As the term “Gothic” turns out to be very important in understanding eighteenth-century aesthetic discourse, it seems relevant in this connection to mention a set of cultural and linguistic changes during the century which largely conditioned the later uses of the word.
The word “Gothic” at the end of the seventeenth-century and in the early eighteenth-century carried a negative connotation. The original meaning was literally “to do with the Goths” or with the barbarian northern tribes; to an age which revered all things classical it was associated with lack of cultivation and taste. In 1697 Dryden stated: “All that hath nothing of the Ancient guest is called a barbarous or Gothic manner.” In his Remarks on Italy Addison described Siena Cathedral as a “barbarous” building, which might have been a miracle of architecture, had our forefathers “only been instructed in the right way.” In defining a “Gothic” style of writing, he mentions “epigram, forced conceits, turns of wit,” having in mind the faults of over-elaboration. In David Punter’s opinion, “The eighteenth-century possessed a somewhat foreshortened sense of past chronology, and from being a term suggestive of more or less unknown features of the Dark Ages, ‘Gothic’ became descriptive of things medieval — in fact, all things preceding about the middle of the seventeenth-century.”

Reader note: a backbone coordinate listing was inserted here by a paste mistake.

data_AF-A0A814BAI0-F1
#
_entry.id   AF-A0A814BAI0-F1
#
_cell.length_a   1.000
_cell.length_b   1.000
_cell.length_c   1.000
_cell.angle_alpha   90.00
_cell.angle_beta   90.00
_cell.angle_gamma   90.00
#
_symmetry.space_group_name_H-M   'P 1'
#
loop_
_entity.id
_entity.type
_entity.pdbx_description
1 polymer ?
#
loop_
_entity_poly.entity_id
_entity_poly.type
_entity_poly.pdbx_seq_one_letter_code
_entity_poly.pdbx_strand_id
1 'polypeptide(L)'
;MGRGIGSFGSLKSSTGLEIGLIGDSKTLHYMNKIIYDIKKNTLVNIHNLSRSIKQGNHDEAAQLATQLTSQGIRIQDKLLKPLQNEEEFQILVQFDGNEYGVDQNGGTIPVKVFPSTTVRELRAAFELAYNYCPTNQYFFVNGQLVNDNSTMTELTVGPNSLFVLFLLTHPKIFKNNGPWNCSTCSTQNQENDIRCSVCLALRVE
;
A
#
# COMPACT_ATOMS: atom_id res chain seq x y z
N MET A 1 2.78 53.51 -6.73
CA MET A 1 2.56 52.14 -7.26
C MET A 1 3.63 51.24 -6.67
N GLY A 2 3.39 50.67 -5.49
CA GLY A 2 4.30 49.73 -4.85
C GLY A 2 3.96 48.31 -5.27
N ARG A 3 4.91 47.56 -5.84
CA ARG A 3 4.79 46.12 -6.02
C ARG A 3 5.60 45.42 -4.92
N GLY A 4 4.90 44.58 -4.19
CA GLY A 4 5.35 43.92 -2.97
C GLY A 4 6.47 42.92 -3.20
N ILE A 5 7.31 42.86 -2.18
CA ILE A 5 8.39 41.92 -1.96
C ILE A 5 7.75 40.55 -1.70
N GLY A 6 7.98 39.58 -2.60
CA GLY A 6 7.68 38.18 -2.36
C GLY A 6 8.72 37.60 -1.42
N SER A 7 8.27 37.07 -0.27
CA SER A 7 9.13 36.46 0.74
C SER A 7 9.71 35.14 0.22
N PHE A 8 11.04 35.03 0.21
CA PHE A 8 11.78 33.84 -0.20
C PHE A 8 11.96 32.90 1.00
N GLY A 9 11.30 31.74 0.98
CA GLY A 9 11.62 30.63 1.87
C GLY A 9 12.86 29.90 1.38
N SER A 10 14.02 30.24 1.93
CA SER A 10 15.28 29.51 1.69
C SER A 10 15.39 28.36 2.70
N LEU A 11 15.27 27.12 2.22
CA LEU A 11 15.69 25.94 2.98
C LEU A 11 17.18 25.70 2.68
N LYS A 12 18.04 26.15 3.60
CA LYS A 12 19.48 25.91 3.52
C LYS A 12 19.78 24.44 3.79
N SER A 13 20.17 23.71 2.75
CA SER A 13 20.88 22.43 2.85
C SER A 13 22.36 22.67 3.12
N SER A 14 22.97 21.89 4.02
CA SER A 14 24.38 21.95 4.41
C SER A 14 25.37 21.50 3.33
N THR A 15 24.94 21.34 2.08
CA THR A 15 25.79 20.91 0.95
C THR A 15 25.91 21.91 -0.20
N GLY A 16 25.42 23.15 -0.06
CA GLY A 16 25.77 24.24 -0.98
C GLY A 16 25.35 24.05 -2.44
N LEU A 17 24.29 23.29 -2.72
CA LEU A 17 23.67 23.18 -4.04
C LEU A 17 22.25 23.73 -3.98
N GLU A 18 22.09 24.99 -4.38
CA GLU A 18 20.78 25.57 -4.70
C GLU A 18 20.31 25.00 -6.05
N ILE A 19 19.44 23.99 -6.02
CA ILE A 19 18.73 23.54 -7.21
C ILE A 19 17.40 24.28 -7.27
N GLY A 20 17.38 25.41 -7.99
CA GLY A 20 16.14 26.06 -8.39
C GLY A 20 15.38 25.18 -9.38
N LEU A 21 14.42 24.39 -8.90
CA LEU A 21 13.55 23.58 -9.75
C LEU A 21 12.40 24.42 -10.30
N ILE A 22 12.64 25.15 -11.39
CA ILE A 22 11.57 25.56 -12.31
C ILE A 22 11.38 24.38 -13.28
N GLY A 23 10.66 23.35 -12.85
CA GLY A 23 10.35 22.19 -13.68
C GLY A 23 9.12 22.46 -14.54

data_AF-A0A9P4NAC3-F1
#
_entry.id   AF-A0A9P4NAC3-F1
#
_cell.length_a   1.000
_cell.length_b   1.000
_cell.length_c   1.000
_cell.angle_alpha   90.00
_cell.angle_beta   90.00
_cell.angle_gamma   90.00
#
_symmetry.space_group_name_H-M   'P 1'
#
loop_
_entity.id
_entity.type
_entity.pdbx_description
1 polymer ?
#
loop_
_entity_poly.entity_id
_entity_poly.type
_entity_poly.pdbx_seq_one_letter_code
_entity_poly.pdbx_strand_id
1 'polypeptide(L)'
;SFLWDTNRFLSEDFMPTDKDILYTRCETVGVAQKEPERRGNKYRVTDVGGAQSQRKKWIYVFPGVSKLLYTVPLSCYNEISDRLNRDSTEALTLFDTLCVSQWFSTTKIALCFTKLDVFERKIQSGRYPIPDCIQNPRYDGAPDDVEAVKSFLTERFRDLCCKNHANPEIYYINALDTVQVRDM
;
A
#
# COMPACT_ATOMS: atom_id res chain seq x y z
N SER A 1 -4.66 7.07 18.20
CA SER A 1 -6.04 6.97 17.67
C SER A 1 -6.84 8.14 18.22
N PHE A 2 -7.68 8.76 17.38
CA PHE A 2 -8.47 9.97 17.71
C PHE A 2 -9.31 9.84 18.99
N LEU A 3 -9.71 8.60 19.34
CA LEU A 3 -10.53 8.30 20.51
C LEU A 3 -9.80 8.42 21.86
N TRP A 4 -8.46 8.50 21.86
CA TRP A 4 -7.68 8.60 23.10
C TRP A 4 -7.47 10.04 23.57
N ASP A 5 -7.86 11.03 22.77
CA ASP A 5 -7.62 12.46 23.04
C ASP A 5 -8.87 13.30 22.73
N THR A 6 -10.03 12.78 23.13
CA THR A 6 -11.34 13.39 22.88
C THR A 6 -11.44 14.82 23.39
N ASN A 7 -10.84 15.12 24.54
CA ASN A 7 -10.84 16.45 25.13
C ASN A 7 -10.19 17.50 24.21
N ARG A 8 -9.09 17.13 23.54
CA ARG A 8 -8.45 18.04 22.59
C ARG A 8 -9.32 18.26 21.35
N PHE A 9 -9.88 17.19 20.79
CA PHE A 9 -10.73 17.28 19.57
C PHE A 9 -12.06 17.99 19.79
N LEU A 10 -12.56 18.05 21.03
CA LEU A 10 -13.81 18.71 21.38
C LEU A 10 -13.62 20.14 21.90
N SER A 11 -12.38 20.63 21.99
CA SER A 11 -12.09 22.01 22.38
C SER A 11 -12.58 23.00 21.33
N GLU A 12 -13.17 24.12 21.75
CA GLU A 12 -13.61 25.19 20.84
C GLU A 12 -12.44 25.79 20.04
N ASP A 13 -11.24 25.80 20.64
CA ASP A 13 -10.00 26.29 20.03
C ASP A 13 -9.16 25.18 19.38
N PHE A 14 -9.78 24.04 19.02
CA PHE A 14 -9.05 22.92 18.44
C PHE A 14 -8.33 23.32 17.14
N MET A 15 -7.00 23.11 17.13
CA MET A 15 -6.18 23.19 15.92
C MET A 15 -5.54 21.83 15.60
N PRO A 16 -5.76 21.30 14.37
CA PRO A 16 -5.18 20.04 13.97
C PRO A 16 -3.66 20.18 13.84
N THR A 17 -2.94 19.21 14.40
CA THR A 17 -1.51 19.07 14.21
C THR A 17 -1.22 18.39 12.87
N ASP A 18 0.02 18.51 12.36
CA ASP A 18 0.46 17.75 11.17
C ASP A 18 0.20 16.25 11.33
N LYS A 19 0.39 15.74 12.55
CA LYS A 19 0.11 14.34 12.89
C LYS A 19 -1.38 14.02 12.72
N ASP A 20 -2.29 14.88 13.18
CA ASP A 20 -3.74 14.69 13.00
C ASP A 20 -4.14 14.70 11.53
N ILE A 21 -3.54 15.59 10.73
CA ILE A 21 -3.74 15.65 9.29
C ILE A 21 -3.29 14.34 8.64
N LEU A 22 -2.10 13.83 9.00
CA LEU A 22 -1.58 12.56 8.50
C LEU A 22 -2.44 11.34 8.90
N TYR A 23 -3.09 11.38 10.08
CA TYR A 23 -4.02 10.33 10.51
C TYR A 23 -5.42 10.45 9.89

In the middle of the eighteenth-century with the shift of cultural values, the term “Gothic” retained the stock of negative meanings for a while but the value placed upon them began to alter radically. One of the earliest sustained defences of Gothic art appeared in 1762 in Bishop Richard Hurd’s ‘Letters on Chivalry and Romance.’ Richard Hurd is interested in defending what is English against what is Greek. Richard Hurd states: “The fancies of our modern bards are not only more gallant but, on a change of the scene, more sublime, more terrible, more alarming, than those of the classic fables. In a word […] the manners they paint, and the superstitions they adopt, are more poetical for being Gothic.” As Robert Kiely notes, “[Richard] Hurd defends the technical diversity and thematic excess of medieval literature as aesthetic virtues and dismisses the notion that they represent a breach of decorum.”
A very important role in the so called Gothic Revival belongs to Horatio Walpole whose interest in the Gothic resulted in building a “Gothic” castle in miniature at Strawberry Hill and writing the first specimen of the Gothic fiction ‘The Castle of Otranto’ (1764) subtitled as a Gothic story. Robert Wyndham Ketton-Cremer remarks on Horatio Walpole’s relation to the Gothic: “He brought it into fashion. He was already a well-known connoisseur, an acknowledged arbiter of taste and a man of rank and influence; when he adopted Gothic, talked and wrote about Gothic, built a small but spectacular Gothic house and crammed it with exquisite and precious things, it soon ceased to be regarded as a rather paltry middle-class craze.”